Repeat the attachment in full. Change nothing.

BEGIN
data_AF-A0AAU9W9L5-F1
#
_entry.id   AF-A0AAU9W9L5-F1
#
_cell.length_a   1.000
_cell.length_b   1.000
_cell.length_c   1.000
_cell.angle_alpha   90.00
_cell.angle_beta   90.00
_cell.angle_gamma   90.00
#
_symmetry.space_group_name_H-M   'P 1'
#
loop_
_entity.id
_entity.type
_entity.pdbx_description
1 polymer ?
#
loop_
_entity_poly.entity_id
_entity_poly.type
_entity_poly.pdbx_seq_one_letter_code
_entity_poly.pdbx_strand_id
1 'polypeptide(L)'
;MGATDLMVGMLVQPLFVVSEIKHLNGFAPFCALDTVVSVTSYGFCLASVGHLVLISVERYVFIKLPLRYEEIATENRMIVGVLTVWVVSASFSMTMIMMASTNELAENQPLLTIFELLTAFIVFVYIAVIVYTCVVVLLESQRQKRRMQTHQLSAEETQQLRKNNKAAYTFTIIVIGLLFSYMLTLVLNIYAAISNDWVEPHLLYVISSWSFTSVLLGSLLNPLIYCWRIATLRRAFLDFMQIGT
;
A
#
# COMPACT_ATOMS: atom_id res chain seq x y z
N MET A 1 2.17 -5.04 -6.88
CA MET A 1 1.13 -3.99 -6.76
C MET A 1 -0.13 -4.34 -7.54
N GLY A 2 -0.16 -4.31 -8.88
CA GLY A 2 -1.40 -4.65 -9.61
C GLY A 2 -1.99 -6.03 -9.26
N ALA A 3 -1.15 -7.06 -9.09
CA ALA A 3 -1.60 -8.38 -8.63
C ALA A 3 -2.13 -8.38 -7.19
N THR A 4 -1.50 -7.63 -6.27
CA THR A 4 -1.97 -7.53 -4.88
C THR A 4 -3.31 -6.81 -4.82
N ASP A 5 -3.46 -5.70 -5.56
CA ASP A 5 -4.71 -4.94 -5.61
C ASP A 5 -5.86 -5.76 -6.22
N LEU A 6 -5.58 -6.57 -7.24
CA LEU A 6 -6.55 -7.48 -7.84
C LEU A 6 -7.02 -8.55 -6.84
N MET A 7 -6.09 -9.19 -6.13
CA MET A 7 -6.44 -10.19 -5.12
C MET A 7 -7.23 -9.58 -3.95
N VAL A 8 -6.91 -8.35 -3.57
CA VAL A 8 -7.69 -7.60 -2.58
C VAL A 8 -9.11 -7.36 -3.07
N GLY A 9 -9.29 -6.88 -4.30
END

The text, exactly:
data_AF-A0AAU9W9L5-F1
#
_entry.id   AF-A0AAU9W9L5-F1
#
_cell.length_a   1.000
_cell.length_b   1.000
_cell.length_c   1.000
_cell.angle_alpha   90.00
_cell.angle_beta   90.00
_cell.angle_gamma   90.00
#
_symmetry.space_group_name_H-M   'P 1'
#
loop_
_entity.id
_entity.type
_entity.pdbx_description
1 polymer ?
#
loop_
_entity_poly.entity_id
_entity_poly.type
_entity_poly.pdbx_seq_one_letter_code
_entity_poly.pdbx_strand_id
1 'polypeptide(L)'
;MGATDLMVGMLVQPLFVVSEIKHLNGFAPFCALDTVVSVTSYGFCLASVGHLVLISVERYVFIKLPLRYEEIATENRMIVGVLTVWVVSASFSMTMIMMASTNELAENQPLLTIFELLTAFIVFVYIAVIVYTCVVVLLESQRQKRRMQTHQLSAEETQQLRKNNKAAYTFTIIVIGLLFSYMLTLVLNIYAAISNDWVEPHLLYVISSWSFTSVLLGSLLNPLIYCWRIATLRRAFLDFMQIGT
;
A
#
# COMPACT_ATOMS: atom_id res chain seq x y z
N MET A 1 2.17 -5.04 -6.88
CA MET A 1 1.13 -3.99 -6.76
C MET A 1 -0.13 -4.34 -7.54
N GLY A 2 -0.16 -4.31 -8.88
CA GLY A 2 -1.40 -4.65 -9.61
C GLY A 2 -1.99 -6.03 -9.26
N ALA A 3 -1.15 -7.06 -9.09
CA ALA A 3 -1.60 -8.38 -8.63
C ALA A 3 -2.13 -8.38 -7.19
N THR A 4 -1.50 -7.63 -6.27
CA THR A 4 -1.97 -7.53 -4.88
C THR A 4 -3.31 -6.81 -4.82
N ASP A 5 -3.46 -5.70 -5.56
CA ASP A 5 -4.71 -4.94 -5.61
C ASP A 5 -5.86 -5.76 -6.22
N LEU A 6 -5.58 -6.57 -7.24
CA LEU A 6 -6.55 -7.48 -7.84
C LEU A 6 -7.02 -8.55 -6.84
N MET A 7 -6.09 -9.19 -6.13
CA MET A 7 -6.44 -10.19 -5.12
C MET A 7 -7.23 -9.58 -3.95
N VAL A 8 -6.91 -8.35 -3.57
CA VAL A 8 -7.69 -7.60 -2.58
C VAL A 8 -9.11 -7.36 -3.07
N GLY A 9 -9.29 -6.88 -4.30